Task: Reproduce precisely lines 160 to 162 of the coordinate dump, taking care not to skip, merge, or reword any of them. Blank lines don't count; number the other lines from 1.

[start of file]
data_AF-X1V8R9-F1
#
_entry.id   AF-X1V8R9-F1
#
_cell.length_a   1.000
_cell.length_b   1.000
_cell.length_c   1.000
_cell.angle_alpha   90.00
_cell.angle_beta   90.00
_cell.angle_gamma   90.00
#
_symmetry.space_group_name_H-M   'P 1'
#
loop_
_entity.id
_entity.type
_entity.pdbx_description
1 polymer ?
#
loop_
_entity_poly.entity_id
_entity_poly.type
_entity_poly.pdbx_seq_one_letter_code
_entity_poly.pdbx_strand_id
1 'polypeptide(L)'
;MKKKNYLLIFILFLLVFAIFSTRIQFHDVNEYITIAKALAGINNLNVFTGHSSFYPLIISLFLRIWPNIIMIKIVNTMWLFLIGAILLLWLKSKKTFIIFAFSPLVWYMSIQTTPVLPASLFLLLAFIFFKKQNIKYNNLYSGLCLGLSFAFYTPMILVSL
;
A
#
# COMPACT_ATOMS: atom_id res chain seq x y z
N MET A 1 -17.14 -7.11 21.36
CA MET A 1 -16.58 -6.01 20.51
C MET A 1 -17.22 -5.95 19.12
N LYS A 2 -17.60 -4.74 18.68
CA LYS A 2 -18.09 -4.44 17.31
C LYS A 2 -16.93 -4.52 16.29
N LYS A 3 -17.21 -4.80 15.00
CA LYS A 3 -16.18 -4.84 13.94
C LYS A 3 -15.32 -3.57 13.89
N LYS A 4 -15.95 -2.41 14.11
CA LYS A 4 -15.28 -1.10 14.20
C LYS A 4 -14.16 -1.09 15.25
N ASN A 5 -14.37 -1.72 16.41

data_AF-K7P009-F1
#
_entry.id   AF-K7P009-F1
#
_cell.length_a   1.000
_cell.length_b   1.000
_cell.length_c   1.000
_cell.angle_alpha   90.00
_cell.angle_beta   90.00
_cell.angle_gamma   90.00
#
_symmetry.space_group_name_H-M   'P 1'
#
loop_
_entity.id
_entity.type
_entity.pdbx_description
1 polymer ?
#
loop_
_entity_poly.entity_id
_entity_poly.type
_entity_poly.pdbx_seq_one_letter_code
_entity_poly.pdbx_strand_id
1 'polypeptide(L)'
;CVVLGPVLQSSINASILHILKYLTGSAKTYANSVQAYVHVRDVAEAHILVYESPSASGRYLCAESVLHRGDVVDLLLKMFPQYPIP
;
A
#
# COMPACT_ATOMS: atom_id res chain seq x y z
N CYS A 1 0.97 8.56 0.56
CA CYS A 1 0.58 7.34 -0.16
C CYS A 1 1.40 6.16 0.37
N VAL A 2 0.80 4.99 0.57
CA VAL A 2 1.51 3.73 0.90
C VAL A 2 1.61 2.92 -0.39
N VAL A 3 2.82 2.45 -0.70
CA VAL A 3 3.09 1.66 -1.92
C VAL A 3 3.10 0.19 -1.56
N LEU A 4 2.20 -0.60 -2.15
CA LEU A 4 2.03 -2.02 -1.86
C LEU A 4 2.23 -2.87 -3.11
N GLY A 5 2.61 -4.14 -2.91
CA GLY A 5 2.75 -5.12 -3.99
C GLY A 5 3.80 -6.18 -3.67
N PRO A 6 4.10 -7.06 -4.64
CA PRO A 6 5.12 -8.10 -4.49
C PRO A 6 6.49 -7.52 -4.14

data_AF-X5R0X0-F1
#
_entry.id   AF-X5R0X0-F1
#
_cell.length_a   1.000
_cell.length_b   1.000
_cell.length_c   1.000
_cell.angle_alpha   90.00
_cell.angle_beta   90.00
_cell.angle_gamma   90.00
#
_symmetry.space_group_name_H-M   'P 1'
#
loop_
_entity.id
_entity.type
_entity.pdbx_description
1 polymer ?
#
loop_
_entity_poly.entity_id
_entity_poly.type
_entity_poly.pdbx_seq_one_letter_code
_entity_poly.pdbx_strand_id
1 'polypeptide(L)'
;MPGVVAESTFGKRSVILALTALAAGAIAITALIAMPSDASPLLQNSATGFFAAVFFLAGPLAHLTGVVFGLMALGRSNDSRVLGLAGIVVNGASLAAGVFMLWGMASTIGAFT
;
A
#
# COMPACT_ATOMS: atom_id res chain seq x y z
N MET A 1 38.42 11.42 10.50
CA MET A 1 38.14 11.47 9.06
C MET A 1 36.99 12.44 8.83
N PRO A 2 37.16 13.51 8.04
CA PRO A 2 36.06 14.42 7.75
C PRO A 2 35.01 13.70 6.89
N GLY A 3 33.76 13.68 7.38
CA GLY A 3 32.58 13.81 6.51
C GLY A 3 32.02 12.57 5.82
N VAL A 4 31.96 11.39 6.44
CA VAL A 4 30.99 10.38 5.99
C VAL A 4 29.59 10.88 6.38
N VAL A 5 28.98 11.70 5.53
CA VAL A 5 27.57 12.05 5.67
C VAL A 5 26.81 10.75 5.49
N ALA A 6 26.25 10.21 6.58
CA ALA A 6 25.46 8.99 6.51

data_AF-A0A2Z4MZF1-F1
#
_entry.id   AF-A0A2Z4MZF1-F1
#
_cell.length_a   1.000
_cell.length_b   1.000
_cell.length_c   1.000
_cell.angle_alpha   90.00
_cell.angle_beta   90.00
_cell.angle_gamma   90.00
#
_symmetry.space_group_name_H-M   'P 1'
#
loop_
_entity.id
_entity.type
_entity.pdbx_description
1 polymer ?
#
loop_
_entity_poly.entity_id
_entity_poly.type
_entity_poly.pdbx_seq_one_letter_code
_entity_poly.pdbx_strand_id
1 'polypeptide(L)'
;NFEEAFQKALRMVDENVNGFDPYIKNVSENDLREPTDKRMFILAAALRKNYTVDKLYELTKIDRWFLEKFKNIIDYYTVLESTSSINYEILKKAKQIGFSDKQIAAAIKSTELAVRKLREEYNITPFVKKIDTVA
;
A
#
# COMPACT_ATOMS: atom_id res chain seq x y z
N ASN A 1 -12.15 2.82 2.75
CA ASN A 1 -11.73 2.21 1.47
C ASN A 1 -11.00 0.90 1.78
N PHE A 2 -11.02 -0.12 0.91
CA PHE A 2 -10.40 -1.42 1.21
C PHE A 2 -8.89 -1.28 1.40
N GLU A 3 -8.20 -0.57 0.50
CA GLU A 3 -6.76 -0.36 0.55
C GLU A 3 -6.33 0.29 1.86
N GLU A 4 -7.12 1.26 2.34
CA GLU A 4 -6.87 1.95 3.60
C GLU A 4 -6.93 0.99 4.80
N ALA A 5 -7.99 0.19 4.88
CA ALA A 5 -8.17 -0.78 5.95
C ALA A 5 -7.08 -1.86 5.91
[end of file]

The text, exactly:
_entity_poly.type
_entity_poly.pdbx_seq_one_letter_code
_entity_poly.pdbx_strand_id